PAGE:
Countless times our deal teams have gotten to the 11th hour in a business sale process only to see the deal collapse because the seller got cold feet and rescinded the deal. Not only is this tough on all parties involved, it is also very dangerous as it typically opens your business up to a loss of confidentiality. As you get closer to closing a deal, it becomes harder and harder to prevent the news from trickling out to employees, clients, and competitors. This is especially the case if a deal falls apart because the owner(s) decide at the last moment not to sell.
Before you begin to even approach buyers, make sure you are mentally prepared to do so by closely examining these key areas:
Your financial review is important because you may overestimate or, in some cases, underestimate the amount of money you need from the proceeds of the sale of your company post-deal-close. We strongly encourage any business owner contemplating the sale of his/her company to establish a relationship with a wealth manager to accurately determine your financial readiness to sell and your monetary needs once the company is sold.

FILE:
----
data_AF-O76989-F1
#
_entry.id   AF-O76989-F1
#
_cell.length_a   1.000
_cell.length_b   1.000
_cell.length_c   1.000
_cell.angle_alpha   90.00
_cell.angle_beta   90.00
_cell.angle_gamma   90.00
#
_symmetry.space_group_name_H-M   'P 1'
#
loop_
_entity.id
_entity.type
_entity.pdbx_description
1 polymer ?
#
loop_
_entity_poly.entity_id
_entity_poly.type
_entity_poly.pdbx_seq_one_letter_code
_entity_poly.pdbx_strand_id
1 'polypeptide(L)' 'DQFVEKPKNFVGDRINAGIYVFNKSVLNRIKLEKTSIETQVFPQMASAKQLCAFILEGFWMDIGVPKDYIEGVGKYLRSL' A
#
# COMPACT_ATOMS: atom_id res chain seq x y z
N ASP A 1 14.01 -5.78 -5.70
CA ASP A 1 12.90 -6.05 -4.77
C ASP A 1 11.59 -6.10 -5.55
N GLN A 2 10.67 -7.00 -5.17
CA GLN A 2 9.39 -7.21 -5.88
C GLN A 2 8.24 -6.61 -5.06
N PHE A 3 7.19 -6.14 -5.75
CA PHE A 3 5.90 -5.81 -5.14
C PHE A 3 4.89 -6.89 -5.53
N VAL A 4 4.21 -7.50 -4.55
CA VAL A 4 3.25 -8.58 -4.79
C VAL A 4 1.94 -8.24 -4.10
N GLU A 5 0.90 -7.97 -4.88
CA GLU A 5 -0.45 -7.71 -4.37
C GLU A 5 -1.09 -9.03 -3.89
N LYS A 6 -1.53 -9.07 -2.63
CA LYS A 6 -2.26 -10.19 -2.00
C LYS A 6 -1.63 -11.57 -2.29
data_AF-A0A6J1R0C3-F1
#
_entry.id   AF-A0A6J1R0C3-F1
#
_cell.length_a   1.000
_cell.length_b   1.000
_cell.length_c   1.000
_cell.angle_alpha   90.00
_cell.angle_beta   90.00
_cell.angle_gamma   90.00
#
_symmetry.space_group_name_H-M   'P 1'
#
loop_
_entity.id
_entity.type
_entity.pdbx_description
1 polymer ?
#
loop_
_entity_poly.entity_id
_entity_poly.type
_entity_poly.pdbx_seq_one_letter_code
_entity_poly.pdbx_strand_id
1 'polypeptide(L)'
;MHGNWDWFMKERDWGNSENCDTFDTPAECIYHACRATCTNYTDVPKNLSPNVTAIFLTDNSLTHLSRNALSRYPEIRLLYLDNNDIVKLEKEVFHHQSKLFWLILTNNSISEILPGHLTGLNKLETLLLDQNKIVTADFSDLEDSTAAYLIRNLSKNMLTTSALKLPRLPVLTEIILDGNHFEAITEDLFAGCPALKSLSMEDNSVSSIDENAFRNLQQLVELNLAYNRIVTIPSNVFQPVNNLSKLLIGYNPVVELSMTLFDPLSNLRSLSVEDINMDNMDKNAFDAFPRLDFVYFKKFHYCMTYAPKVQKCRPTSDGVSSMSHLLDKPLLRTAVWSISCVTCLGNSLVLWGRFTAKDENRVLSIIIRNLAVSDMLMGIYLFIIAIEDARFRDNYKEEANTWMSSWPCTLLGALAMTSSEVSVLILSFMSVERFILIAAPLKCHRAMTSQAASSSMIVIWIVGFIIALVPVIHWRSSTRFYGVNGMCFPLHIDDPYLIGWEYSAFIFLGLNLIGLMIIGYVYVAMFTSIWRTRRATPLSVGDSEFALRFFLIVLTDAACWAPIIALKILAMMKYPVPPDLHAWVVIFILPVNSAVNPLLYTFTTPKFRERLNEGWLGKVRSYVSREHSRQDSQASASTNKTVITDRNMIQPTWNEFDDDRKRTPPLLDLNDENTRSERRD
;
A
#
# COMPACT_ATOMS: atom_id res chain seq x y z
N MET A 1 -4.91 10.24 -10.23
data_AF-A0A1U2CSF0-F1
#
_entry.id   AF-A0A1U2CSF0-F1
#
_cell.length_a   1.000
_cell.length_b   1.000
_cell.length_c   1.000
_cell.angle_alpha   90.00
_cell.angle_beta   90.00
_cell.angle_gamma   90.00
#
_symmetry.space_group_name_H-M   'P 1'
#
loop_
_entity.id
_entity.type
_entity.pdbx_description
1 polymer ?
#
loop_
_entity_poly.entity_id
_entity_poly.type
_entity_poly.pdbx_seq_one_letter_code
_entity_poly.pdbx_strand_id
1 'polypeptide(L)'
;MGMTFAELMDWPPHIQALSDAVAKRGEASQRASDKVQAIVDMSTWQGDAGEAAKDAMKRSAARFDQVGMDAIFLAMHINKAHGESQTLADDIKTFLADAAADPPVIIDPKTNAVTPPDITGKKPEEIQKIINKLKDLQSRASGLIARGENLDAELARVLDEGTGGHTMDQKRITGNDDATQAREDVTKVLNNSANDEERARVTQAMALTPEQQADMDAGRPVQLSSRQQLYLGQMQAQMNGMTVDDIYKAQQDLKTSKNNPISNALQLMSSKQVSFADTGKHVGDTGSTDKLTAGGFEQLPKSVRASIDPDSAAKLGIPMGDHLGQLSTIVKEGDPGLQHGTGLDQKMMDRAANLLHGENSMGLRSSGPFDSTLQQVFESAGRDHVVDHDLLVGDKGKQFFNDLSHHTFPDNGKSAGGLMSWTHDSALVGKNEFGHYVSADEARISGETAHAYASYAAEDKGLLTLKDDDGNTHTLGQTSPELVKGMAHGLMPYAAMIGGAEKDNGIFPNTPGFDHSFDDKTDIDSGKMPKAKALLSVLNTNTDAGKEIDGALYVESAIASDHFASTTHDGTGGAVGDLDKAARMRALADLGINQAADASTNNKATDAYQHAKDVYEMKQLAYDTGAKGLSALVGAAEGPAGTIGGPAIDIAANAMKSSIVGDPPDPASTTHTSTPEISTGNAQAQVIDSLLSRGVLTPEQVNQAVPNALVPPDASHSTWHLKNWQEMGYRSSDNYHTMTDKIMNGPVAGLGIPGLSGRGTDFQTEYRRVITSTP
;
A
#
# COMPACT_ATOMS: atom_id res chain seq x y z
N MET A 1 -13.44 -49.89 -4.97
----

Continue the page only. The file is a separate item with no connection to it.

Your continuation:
Likewise, meet with your family in advance and have a series of frank and open communications about what the sale of the business will mean to not only you but also your immediate and extended family. This is especially important for businesses that have been in the family for several generations where the family’s identity is closely tied to the existence of the company. Even if you are the sole owner, the sale of a family-owned business can create tremendous emotions for siblings, children, parents, and grandparents. If you anticipate how the family dynamics may affect you, chances are better that you will be able to weather all the emotions that will arise in actually closing the transaction.